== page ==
What does local mean?
On this page, I want to start a discussion about what makes a beverage truly local. Too many times, people assume all the nearby breweries 'must be' using my ingredients, when the exact opposite is true. The number of breweries committed to using at least some Ontario ingredients, beyond some hops, can be counted on one, maybe two hands.
Where local started (everything old is new again):
It could be argued that S.W. Ontario was settled by booze!
Advance men like John Galt would identify sites with rivers that could run mills. A corduroy road would be pushed through the bush and rest points would be set up in stages for passengers and horses. Horses got hay. People wanted food, beer, and whiskey.
Typically the first mill set up would be a grist mill to to process ingredients for brewing the necessary refreshments. At the peak of settlement, there were taverns, malteries, brewers and distillers at every town site. Cash crops for farmers, beyond growing food for their families, was grain for malting (and maybe some bread).
Fast forward to the twentieth century, and the taverns are still going strong, but grain production has opened up the Prairies, and local processing is beginning a progression towards today's consolidation of brewing into huge multinationals. Malting companies have followed suit, with the few global malting companies owning operations in at least 3 different countries.
Craft brewing appeared in North America in the 1980s, providing mainly alternatives to imported beers. To brew in traditional British or European styles, most ingredients were imported from the appropriate country. While Canadian malt has gained ground with craft brewers, it is still mostly from the N. American prairies, travelling thousands of kilometres for malting, warehousing and delivery.
Since 2007, Ontario brewers have had increasing access to Ontario grown hops, and since 2014, Ontario grown, micro-malted grain.
So why aren't more brewers and distillers using locally grown malt?
1. Its too expensive:
Ask any craft brewer if they can meet the pricing of the beer multinationals, and you will get an emphatic No!
Economies of scale are orders of magnitude different between the major brewers and the craft brewers. Everything costs more at the smaller scale. Craft malting is similar. My batch size is 0.720 tonnes. A small malting process for the multinationals is 50 tonnes, with many in excess of 100 tonnes per batch. The only saving available to the craft malter is lower transportation costs, if they can find nearby growers and customers. This advantage is offset by the higher costs of production because of the smaller scale.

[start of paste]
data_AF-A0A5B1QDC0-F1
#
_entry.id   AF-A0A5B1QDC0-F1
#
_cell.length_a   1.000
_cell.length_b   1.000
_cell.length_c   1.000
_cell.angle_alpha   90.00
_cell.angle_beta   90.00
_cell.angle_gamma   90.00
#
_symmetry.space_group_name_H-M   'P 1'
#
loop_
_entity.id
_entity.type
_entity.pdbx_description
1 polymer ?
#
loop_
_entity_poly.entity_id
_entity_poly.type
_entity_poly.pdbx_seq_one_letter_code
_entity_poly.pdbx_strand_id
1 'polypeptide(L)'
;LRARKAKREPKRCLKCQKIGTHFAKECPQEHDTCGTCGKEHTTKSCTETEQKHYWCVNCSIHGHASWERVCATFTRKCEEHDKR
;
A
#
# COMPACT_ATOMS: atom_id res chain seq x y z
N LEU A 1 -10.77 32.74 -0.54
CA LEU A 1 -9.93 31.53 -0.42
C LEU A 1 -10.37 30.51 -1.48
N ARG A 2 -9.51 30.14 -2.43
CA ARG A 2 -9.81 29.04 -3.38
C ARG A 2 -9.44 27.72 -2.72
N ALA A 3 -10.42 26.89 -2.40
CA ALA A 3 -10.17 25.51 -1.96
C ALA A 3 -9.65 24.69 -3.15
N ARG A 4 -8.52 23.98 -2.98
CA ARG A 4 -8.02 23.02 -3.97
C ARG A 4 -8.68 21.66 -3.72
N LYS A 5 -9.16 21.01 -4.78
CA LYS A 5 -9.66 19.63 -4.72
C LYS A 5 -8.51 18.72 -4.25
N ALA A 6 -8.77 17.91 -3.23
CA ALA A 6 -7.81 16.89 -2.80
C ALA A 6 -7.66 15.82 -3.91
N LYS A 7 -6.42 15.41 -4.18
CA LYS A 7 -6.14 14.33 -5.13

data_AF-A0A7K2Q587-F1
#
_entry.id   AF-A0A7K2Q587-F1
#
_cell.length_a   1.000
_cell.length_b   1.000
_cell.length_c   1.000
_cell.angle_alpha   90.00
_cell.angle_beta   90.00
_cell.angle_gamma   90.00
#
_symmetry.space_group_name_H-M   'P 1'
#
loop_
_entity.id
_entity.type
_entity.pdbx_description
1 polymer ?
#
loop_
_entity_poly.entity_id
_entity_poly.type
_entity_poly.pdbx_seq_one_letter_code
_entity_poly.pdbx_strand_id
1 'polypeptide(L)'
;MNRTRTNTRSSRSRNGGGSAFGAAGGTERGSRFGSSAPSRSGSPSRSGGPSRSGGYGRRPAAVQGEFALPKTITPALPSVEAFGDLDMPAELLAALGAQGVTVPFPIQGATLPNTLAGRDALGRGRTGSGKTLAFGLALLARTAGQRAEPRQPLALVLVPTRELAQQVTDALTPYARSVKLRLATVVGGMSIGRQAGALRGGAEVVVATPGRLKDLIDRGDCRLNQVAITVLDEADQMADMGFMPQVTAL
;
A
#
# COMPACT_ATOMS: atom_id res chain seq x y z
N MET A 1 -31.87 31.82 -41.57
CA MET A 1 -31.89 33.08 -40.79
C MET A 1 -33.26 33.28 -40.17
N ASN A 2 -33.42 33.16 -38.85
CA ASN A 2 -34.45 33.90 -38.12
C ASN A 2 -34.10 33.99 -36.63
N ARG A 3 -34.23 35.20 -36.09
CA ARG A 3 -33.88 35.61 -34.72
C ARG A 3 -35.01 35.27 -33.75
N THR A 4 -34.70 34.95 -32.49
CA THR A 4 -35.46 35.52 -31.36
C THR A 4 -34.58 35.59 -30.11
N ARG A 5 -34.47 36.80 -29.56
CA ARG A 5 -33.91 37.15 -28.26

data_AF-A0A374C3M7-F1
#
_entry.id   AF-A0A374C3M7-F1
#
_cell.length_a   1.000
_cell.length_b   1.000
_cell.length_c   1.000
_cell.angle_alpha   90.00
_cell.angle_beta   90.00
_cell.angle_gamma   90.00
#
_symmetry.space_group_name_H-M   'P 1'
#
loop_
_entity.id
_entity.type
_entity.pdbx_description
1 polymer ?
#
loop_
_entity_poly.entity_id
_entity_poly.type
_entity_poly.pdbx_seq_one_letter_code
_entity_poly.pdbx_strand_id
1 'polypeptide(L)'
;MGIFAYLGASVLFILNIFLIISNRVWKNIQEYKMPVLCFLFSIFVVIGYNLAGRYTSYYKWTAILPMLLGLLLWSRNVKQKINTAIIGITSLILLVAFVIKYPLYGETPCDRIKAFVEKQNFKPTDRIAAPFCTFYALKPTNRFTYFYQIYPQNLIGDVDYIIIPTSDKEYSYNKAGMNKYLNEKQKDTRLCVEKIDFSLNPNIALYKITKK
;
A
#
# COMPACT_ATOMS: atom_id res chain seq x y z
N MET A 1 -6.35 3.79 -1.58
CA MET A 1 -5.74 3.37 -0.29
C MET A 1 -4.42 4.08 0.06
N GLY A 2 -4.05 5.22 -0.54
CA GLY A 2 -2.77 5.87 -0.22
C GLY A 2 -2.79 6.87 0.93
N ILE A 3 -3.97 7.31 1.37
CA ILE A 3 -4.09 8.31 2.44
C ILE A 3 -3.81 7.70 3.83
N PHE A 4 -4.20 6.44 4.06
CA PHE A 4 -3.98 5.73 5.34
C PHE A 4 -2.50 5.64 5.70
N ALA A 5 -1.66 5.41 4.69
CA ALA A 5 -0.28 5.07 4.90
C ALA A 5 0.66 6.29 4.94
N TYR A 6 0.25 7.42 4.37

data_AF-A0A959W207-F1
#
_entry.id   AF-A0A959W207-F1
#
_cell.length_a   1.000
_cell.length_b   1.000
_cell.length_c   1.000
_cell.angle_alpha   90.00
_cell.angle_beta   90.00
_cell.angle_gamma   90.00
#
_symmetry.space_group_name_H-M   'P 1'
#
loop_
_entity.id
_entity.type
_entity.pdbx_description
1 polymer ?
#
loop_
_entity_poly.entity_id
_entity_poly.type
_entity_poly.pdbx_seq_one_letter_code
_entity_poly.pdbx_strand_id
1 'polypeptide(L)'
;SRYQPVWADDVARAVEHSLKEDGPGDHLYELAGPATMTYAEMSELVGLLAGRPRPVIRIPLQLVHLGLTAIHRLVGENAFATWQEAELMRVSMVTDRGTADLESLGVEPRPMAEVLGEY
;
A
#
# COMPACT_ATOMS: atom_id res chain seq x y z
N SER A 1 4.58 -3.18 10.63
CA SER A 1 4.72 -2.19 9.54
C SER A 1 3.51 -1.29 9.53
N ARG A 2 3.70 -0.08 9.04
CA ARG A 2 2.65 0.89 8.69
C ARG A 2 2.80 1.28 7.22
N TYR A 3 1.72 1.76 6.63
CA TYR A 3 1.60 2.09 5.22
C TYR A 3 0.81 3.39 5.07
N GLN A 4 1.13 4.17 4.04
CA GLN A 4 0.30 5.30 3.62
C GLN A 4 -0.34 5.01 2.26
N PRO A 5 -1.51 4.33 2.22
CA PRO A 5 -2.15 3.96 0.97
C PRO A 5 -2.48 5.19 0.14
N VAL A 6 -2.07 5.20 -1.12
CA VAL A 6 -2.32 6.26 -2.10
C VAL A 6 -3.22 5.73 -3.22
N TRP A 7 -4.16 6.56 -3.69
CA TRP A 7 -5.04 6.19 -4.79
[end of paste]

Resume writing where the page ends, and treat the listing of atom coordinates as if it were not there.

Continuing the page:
As a former brewery owner, I know the cost of ingredients is only a proprotion of the final retail price. About half goes to the many taxes imposed federally and provincially. Packaging can cost as much as ingredients, direct and indirect labour is high, energy, water, rent (or mortgage) and the writing down of investments in equipment and property, are significant costs in every litre of beer. And there has to be a few percent profit in there somewhere.
If the brewers can't celebrate the use of of local ingredients, and ask for a small premium to balance the slight increase in ingredient costs, then they are missing the growing local consumption trends in Ontario. People who shop local produce at farmer's markets, or direct to farmgate, are willing to pay more than supermarket prices for the pleasure of supporting their local economy and getting to know the hard working farming families. Local produce is typically fresher, includes heritage varieties,and, in some cases is grown organically.
2. It doesn't perfom like mass-produced malts:
Most mass-produced malts are formulated for their multinational customers, who have strict specifications for their recipes. Different batches may be blended for flavour or colour considerations, and lesser malts can be balanced with better performing malts.
Micro-malters typically work with whatever variety of malting barley the local growers have been able to produce. Very few varieties have proven successful in Ontario's variable climate, all of them originally bred for Prairie conditions. The micro-malter is at the mercy of the barley, challenged to make the best malt possible from a single crop of barley.
My talented brewing customers have artfully crafted unique brews around the characteristics of my malts, taking advantage of the stronger flavours and slight touch of colour in the Pale malt, or the deep red-brown of my Beyond the Pale. The Wheat and Rye malts similarly taste more like the grain, delivering extra flavour.
3. Brewers are used to the ingredients they trained with:
We all prefer the comfort of the familiar. Working with the same old ingredients assures the same old results. It takes an adventurous spirit to experiment with something different. Existing recipes are hard to change, for fear of customer backlash, but the opportunity to create new, locally sourced brews is being taken up by the creative few. In the increasingly crowded craft beer market, brewers must consider ways to make their beers stand out.